WHAT FOREIGN FILMS HAVE YOU WATCHED LATELY?

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LawrenceA
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Re: WHAT FOREIGN FILMS HAVE YOU WATCHED LATELY?

Post by LawrenceA »

I watched a trilogy of Swedish films from director Mai Zetterling.

Loving Couples (1964) follows three women (Harrie Andersson, Gunnel Lindblom, and Gio Petre) who are patients at a women's hospital. Each reflects on their childhoods and sexual awakenings, and the events that led them to the hospital. This was Zetterling's directorial debut after a lengthy successful career as an international film star. It's heavily indebted to Ingmar Bergman, a one-time collaborator of Zetterling's, and reminded me a lot of his film Brink of Life(1958). Several of Bergman's regular repertory of actors appears here, as well. I found the film fine if unexceptional. The movie caused some controversy at Cannes, with some mild nudity, sexual frankness (including lesbianism), and a blink-and-you'll-miss-it birth-of-a-baby scene all stirring the festival's moral censors.

Night Games (1966) is even more psychosexual reminiscing, this time centering on a man (Keve Hjelm and Jorgen Lindstrom at different ages) struggling in his adult sexual relationships, and how his uncomfortable relationship with his mother (Ingrid Thulin) shaped his outlook. This one is even more frank than Loving Couples, and is mainly remembered for how it caused Shirley Temple to angrily quit a film festival jury and declare this movie as pornography. Of course, it's largely quaint now, and I found myself more bored than outraged.

The Girls (1968) features three actresses (Harriet Andersson, Bibi Andersson, and Gunnel Lindblom) rehearsing for a stage revival of Lysistrata. They all commiserate on how things aren't much better for women in modern Sweden than they were for the Ancient Greeks. I thought this one was also very in the mold of Bergman, particularly his early 50s phase. The performances are very good here, and I liked this one the best of the three, although I won't be in a hurry to revisit any of them.
Watching until the end.
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laffite
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Re: WHAT FOREIGN FILMS HAVE YOU WATCHED LATELY?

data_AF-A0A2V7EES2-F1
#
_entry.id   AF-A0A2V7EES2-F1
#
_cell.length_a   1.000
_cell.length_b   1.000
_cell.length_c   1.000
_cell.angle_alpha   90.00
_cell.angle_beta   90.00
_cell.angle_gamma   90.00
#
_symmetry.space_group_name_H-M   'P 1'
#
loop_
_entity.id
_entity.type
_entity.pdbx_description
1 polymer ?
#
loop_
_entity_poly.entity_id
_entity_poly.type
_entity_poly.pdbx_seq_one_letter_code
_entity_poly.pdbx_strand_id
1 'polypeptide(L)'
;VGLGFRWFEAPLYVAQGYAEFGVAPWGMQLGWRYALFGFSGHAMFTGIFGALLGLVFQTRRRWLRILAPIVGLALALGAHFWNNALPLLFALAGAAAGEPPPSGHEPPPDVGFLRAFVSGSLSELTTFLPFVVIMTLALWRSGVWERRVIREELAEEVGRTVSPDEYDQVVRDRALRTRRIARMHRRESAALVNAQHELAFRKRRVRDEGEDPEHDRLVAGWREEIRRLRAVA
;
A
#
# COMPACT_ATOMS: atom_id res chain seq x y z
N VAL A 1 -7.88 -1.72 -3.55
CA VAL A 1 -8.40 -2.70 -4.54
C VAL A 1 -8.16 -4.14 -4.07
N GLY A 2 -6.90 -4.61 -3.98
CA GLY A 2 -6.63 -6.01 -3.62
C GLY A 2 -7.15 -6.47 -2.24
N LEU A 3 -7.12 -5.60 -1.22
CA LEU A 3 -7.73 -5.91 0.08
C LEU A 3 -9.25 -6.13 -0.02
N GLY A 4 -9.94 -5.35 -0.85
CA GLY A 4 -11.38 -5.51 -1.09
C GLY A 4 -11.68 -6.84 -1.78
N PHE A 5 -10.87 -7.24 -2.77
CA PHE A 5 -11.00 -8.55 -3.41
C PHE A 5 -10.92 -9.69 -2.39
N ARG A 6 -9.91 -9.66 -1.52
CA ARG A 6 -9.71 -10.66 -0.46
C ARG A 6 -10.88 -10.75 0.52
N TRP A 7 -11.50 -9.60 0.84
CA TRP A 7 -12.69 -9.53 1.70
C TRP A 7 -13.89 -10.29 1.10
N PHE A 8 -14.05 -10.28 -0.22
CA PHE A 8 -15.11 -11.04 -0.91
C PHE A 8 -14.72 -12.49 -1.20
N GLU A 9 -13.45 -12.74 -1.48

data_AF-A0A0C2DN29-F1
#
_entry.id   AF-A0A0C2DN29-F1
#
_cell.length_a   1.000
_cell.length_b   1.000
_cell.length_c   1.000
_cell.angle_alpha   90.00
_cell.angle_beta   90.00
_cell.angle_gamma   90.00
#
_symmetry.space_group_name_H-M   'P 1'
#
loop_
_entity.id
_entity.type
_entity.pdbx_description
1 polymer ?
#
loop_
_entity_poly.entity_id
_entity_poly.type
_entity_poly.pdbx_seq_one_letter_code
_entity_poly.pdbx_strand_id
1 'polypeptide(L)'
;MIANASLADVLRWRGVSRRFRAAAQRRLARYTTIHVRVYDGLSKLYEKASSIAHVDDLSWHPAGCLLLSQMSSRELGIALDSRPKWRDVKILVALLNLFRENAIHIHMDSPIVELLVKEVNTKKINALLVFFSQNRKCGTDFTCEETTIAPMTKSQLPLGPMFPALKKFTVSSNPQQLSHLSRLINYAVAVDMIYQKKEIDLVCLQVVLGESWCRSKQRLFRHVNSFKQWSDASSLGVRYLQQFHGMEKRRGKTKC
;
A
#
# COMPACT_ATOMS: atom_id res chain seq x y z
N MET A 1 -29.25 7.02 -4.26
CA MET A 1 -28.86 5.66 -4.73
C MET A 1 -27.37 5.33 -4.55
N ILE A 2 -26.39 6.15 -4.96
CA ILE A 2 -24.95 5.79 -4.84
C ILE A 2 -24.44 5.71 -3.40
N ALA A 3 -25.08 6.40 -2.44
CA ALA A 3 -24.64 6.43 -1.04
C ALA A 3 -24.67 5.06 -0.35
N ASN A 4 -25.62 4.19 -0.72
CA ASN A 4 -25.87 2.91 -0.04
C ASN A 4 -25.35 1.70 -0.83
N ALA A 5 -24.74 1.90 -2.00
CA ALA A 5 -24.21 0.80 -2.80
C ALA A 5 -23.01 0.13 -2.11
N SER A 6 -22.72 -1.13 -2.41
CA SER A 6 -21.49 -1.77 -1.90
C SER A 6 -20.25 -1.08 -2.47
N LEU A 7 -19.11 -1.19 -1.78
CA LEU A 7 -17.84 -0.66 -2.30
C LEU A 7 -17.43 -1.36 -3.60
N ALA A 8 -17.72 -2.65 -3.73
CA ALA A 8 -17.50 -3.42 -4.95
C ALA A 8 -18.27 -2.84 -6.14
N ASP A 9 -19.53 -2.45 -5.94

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LawrenceA wrote: January 26th, 2023, 2:21 pm I watched a trilogy of Swedish films from director Mai Zetterling.

Loving Couples (1964) follows three women (Harrie Andersson, Gunnel Lindblom, and Gio Petre) who are patients at a women's hospital. Each reflects on their childhoods and sexual awakenings, and the events that led them to the hospital. This was Zetterling's directorial debut after a lengthy successful career as an international film star. It's heavily indebted to Ingmar Bergman, a one-time collaborator of Zetterling's, and reminded me a lot of his film Brink of Life(1958). Several of Bergman's regular repertory of actors appears here, as well. I found the film fine if unexceptional. The movie caused some controversy at Cannes, with some mild nudity, sexual frankness (including lesbianism), and a blink-and-you'll-miss-it birth-of-a-baby scene all stirring the festival's moral censors.

Night Games (1966) is even more psychosexual reminiscing, this time centering on a man (Keve Hjelm and Jorgen Lindstrom at different ages) struggling in his adult sexual relationships, and how his uncomfortable relationship with his mother (Ingrid Thulin) shaped his outlook. This one is even more frank than Loving Couples, and is mainly remembered for how it caused Shirley Temple to angrily quit a film festival jury and declare this movie as pornography. Of course, it's largely quaint now, and I found myself more bored than outraged.